The case of a successful energy trader – who is appealing against a High Court decision to award almost half of her £7 million fortune to her adulterous ex-husband – is sparking concerns among divorcing couples.
The outcome of Julie Sharp’s Civil Appeal Court plea for a “fair divorce settlement” following the judgement to allocate Robin Sharp almost £3m after a marriage lasting just four years – is awaited with interest.
This case is a stark reminder that the rules of maintenance and capital distribution take no account of fault and apply to the main breadwinner – irrespective of the fact that the divorce was apparently prompted by her former husband embarking on a new relationship while they were married.
It also illustrates that conduct and gender are not factors in a court’s decision, which is made after appraising a couple’s joint assets and deciding how they should be divided whether by sharing equally, or with some other adjustment to meet the reasonable needs of both.
Costly, distressing and, in this case, high-profile courtroom battles over settlements can be avoided with Arbitration; which allows couples to reach a divorce settlement without the trauma of the courts. The sessions are held in private, which means that journalists cannot report the details of the divorce or settlement.
The hearings, which are arranged at clients’ convenience, and at comfortable venues, see the arbitrator determine who should have what. Similar to a judge, they collect relevant facts and evidence and base their decision on this evidence – taking into account the views of both parties. The Award is final and binding in both parties.
Arbitrators are not only qualified in their process – they are also experienced family lawyers who are either former judges or family law barristers or solicitors. Jones Myers founder, Peter Jones, was one of the country’s first arbitrators, when arbitration was introduced in 2012 to resolve differences on financial and property matters.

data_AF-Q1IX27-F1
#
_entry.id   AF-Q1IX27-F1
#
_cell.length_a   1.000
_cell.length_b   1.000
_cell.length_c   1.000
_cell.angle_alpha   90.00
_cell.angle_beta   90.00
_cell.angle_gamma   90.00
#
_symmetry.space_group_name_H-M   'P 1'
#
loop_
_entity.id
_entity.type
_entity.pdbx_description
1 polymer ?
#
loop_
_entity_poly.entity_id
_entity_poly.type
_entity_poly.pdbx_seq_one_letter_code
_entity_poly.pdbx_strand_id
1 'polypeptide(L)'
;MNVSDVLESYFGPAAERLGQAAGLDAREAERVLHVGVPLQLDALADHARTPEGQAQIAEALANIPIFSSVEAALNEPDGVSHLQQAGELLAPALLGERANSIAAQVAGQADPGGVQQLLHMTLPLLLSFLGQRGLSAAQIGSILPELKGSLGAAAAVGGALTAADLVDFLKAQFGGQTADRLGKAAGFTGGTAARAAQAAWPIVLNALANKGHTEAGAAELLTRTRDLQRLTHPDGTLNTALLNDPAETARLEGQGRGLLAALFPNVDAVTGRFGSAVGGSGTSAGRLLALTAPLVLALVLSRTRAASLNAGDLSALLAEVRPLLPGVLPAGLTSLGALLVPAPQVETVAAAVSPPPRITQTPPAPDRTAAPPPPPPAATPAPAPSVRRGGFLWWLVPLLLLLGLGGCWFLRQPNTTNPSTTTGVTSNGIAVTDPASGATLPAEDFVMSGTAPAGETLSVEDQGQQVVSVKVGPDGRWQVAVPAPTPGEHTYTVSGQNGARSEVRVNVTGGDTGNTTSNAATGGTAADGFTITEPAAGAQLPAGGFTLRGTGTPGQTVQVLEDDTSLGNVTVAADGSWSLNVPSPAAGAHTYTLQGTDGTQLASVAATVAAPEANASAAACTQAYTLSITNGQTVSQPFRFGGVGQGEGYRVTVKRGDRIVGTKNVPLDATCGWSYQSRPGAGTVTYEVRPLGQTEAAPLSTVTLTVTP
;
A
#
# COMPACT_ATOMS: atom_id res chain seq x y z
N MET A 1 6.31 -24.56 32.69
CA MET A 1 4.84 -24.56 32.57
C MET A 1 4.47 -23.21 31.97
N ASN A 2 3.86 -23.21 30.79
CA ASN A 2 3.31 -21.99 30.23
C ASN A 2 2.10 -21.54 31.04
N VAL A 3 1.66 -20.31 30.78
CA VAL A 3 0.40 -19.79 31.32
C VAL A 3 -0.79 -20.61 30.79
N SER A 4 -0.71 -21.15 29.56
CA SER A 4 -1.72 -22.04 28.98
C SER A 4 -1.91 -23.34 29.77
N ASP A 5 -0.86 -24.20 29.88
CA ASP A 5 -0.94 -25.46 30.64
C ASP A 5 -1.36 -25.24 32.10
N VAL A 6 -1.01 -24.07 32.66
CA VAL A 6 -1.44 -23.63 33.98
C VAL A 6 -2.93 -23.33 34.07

A pre-nup agreement – which is drawn up between couples before marrying – sets out how their assets will be split if the marriage fails. Although not legally binding, a carefully thought through agreement, drawn up with independent advice, is quite likely to be upheld by a court.
They are also more likely to be accepted by a divorce judge if they were agreed well in advance of a marriage – and if there is no implication that one party was coerced into signing.
Post-nups are entered into after marriage; with the same aim as a pre-nup should a court decision have to be made. They are often made by couples in a second marriage who are seeking to protect children of previous relationships, or by those who wanted a pre-nup but didn’t have time, or or for some other reason felt it inappropriate, to arrange one prior to the marriage.
For both pre-nup and post-nup agreement to carry their full weight, both parties must enter into them of their own free will, without undue influence or pressure – and be fully informed of their implications.
Legal advice and disclosure are desirable, but what matters is that both parties are fully aware of the implications and have the information necessary to make an informed decision.
If you have any comments, queries or concerns on divorce affecting business and divorce or wider divorce related issues including pre-nups and post-nups, leave a comment below, call the Jones Myers team on 0113 246 0055 or tweet us on @helpwithdivorce.